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International Trusts

What is a trust?
A trust is a legal structure that is created by a legal entity that can be either a person, company or any other legal entity, called a Trustor or Settlor, settling or entrusting some asset it owns to a legal entity called Trustee. The Trustee will manage and deal with the asset in accordance with the wishes of the Trustor for the benefit of persons designated by the Settlor as beneficiaries of the Trust.

In order for a trust to comply with the provisions of the International Trust Act of Seychelles, firstly, the trust must have a lawful aim or purpose, secondly, the asset given by the Settlor to the Trustee must have been owned by the Settlor and thirdly, the trust must be documented in writing signed by the Settlor and the Trustee.

What terms must be set out in the Trust Agreement?
The trust agreement must include the following:

• The purpose of the Trust
• A complete and accurate description of the asset
• Names and addresses of the Settlor, Trustee and Beneficiaries
• A complete description of the range of Beneficiaries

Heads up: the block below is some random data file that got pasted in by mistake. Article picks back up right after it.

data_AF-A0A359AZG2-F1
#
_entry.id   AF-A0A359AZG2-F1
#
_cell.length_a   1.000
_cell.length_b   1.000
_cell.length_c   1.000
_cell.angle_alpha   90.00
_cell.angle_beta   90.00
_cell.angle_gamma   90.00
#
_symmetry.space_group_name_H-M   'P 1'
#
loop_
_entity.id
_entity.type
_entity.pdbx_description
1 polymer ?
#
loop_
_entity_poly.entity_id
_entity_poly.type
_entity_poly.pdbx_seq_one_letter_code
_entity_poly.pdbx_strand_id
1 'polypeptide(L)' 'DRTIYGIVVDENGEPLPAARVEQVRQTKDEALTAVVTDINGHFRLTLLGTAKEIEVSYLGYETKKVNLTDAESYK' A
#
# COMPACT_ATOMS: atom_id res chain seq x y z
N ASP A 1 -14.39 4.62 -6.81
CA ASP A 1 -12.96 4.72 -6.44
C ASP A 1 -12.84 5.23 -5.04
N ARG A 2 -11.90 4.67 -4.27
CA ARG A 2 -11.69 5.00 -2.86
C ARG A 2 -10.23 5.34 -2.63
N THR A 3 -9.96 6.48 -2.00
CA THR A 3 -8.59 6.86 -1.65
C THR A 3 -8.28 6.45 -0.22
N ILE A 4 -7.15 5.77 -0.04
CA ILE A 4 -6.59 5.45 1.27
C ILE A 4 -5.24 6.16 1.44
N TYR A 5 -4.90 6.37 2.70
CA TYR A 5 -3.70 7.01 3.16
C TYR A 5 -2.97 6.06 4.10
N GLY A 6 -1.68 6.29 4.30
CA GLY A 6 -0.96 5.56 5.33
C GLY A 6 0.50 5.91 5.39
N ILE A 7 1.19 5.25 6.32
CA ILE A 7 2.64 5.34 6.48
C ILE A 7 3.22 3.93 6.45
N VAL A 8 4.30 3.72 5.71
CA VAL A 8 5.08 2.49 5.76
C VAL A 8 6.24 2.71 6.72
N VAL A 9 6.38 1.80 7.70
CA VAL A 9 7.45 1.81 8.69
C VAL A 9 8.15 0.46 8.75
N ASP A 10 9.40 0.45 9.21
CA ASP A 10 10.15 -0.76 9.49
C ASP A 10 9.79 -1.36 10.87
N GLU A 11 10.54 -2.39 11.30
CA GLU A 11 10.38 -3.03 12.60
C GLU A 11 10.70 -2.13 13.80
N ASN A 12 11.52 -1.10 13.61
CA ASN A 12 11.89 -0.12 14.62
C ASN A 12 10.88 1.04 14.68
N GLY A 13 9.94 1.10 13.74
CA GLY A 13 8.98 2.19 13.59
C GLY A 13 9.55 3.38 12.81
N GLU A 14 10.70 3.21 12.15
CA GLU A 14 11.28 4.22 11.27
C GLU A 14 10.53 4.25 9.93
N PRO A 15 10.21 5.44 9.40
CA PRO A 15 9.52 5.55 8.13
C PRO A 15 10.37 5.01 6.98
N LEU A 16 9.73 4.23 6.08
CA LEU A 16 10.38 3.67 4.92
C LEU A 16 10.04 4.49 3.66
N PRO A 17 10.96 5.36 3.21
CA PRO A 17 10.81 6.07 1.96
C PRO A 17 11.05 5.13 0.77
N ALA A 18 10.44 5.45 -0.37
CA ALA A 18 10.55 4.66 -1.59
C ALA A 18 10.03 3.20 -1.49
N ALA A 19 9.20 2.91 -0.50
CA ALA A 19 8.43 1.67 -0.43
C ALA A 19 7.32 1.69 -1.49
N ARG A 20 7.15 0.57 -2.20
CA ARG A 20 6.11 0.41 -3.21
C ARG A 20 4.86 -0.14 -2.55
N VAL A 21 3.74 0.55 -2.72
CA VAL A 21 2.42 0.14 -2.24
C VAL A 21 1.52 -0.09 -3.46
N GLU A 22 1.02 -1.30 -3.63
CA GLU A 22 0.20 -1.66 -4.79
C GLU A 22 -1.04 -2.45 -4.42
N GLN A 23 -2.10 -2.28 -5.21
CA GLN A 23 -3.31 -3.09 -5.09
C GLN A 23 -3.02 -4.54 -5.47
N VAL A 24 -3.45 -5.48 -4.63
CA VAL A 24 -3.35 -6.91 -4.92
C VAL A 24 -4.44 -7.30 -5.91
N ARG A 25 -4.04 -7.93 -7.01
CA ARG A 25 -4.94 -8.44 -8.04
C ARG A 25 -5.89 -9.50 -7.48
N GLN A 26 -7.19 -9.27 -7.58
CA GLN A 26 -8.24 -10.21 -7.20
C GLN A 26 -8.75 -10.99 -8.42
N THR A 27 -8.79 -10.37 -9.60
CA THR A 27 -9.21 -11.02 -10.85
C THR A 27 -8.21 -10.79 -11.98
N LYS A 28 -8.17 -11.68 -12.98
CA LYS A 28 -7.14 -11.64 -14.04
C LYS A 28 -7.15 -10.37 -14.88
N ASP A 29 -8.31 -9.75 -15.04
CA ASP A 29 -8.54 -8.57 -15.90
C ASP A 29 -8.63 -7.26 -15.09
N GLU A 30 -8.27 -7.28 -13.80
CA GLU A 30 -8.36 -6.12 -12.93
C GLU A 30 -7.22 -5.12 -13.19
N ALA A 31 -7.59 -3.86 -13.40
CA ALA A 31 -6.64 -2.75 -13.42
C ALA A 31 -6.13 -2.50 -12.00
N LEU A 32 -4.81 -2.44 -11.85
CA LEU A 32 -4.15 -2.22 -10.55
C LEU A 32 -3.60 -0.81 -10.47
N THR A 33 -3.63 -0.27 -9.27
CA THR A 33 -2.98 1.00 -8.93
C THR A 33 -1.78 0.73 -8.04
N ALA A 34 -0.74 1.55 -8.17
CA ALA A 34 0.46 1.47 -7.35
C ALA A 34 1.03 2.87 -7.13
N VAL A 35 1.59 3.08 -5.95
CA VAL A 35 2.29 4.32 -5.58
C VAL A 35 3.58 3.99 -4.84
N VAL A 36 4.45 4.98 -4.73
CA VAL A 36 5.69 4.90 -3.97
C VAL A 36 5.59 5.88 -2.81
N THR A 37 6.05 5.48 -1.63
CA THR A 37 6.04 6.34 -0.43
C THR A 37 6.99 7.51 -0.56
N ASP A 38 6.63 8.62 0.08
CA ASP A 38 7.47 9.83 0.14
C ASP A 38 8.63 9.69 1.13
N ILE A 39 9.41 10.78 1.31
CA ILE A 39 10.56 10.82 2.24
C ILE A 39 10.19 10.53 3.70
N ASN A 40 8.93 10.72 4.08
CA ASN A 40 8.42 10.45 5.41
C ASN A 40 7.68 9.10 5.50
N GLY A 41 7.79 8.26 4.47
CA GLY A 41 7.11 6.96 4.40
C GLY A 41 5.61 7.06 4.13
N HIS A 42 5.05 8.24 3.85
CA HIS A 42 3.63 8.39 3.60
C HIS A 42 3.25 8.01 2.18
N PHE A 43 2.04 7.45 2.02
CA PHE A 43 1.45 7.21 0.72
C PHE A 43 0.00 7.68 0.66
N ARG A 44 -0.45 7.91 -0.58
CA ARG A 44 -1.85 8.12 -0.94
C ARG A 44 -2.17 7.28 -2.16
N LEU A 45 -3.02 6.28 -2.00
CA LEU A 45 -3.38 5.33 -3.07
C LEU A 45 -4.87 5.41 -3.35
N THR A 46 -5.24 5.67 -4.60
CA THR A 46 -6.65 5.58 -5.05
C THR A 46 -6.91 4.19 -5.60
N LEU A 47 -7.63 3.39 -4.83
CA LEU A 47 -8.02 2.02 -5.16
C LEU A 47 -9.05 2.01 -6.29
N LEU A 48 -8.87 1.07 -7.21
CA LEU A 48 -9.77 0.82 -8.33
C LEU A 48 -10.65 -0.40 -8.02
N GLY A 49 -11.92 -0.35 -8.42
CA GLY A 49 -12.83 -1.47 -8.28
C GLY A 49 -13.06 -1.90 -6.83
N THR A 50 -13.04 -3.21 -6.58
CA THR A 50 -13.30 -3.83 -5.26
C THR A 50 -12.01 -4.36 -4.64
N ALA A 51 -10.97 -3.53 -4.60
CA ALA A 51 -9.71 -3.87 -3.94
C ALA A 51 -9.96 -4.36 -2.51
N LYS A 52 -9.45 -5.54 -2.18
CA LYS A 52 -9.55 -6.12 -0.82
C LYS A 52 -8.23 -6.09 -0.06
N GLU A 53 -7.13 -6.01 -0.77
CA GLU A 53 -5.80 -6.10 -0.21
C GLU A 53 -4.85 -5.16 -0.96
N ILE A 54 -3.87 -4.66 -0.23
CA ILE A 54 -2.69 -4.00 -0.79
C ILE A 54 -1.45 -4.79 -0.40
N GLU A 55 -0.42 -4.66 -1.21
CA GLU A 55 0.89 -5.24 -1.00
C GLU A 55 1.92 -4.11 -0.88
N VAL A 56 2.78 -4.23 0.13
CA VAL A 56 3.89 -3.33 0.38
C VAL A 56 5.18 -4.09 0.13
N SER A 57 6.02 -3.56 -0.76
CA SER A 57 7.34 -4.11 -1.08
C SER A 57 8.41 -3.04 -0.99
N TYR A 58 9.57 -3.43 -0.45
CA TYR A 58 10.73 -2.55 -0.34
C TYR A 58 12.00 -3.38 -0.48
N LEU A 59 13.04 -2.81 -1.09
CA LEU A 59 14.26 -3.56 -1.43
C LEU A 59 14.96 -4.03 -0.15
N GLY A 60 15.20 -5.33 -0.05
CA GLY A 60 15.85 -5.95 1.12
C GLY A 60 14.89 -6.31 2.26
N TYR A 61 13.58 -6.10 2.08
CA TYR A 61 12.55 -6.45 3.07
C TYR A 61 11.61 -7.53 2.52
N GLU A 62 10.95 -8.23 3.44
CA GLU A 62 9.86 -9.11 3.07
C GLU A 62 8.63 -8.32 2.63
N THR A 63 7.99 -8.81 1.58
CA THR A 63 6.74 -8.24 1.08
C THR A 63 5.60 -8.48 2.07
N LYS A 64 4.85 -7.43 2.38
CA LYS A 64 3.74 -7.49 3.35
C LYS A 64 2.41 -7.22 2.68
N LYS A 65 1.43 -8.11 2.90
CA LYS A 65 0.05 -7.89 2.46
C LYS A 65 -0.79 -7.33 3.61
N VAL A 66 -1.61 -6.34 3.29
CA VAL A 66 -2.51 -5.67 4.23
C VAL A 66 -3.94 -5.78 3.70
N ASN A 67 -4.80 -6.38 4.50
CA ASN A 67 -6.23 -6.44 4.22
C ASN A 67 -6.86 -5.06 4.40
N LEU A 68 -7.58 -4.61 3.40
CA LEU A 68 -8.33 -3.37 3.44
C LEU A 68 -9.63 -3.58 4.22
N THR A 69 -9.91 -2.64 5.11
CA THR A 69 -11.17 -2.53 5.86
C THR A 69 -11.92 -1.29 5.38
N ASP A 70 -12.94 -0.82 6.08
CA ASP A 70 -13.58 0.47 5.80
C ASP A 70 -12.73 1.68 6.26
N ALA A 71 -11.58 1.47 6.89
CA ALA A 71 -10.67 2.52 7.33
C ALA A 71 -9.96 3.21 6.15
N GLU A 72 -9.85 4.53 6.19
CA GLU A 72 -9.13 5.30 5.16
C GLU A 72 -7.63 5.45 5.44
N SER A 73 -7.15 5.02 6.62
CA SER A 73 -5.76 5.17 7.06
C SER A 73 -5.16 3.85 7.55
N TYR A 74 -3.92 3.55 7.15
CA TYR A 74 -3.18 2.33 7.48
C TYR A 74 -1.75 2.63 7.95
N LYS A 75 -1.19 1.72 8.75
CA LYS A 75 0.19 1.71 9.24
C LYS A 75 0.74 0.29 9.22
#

• The terms and conditions that will determine when a Beneficiary is entitled to obtain all or a portion of the
   Trust assets
• Terms setting out the authority of the Trustee to deal with the Trust assets
• Terms setting out how the Trustees are changed during the term of the Trust
• The term of the trust and the conditions for terminating the trust
• Compensation for the Trustee administrating the Trust

Who can be a Settlor, Trustee and Beneficiary named in a Trust and what are the rights/obligations of such parties?

Any natural person with full legal capacity and any other legally established entities with those specific qualifications that are set out in the regulations to the Trust Law.

A beneficiary must be either a natural person or a legal person or any other legally established entity.

A Settlor has the right to inquire into the status of the Trust and the management of the Trust assets. The Settlor can also request changes to the management of the Trust. In addition, the Trustee owes a duty to the Settlor to properly manage the Trust assets.

The Trustee must avoid any conflicts of interest and maintain separate accounts for their own assets and the Trust assets. The Trustee’s authority to manage the Trust assets is set out in the written Trust Agreement.

The beneficiary is the legal entity that is entitled to the benefit of the Trust assets. A Settlor can be a beneficiary, but the Trustee can only be beneficiary of a Trust if there is another beneficiary named in the Trust Agreement. A beneficiary is entitled to benefit from the Trust but the beneficiary can also renounce the Trust, transfer its rights to the trust assets and gift such rights by inheritance.


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